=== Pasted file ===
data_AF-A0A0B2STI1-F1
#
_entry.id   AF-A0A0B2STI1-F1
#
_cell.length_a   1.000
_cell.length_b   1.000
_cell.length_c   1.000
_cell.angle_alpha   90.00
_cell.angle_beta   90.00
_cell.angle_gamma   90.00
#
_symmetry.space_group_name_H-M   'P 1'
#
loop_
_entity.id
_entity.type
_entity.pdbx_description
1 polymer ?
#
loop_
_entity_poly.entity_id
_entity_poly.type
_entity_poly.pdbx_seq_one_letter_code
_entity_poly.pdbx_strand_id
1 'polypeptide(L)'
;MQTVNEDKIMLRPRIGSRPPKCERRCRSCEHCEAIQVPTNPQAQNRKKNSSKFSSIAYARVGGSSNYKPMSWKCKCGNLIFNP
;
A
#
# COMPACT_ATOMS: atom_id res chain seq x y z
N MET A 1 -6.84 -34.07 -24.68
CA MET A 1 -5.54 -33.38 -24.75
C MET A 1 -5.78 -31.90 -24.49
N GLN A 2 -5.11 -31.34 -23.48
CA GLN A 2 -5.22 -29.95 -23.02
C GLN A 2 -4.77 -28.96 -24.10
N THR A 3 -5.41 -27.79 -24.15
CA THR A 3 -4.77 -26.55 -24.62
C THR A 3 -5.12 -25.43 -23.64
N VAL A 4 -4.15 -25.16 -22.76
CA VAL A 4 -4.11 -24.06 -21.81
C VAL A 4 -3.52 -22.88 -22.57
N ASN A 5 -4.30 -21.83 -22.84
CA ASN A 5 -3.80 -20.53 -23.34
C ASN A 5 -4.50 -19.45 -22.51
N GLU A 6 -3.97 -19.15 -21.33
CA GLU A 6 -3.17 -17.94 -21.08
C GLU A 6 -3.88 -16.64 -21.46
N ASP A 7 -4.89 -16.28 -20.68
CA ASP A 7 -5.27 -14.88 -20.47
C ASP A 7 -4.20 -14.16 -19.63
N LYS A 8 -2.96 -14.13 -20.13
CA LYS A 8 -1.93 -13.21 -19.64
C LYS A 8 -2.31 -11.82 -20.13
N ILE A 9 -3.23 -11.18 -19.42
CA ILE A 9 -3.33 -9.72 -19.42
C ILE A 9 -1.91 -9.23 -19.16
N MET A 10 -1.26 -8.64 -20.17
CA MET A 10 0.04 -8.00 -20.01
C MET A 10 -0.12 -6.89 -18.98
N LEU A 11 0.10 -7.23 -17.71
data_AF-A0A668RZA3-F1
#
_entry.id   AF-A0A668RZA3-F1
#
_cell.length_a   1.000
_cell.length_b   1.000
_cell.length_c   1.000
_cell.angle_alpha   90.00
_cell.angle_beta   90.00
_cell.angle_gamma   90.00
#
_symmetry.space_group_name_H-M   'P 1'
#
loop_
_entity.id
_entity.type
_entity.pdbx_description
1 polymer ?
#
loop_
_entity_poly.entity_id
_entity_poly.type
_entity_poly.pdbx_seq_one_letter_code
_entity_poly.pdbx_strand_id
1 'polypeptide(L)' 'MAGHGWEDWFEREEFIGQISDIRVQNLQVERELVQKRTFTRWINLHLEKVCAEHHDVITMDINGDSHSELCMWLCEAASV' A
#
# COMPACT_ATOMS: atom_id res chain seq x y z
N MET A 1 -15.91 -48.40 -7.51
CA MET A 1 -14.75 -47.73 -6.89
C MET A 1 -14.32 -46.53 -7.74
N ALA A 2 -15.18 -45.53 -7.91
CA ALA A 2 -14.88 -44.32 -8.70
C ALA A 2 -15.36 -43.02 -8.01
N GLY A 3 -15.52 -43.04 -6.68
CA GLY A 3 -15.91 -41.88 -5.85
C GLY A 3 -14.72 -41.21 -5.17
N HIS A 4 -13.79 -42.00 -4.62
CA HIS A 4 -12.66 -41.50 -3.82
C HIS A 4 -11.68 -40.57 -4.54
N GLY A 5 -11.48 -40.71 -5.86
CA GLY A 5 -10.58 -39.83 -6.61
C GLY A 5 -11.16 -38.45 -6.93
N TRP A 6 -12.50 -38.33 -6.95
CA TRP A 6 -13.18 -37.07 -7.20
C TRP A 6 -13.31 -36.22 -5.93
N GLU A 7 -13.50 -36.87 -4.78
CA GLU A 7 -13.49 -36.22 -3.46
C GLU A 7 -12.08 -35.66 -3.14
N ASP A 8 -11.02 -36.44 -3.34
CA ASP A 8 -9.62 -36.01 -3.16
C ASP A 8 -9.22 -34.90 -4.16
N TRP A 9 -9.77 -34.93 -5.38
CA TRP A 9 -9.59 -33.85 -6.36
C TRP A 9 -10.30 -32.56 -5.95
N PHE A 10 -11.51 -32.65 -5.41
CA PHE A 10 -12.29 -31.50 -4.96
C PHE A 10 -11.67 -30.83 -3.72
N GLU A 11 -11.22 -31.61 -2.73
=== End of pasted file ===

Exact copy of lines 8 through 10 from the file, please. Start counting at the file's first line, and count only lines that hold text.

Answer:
_cell.angle_alpha   90.00
_cell.angle_beta   90.00
_cell.angle_gamma   90.00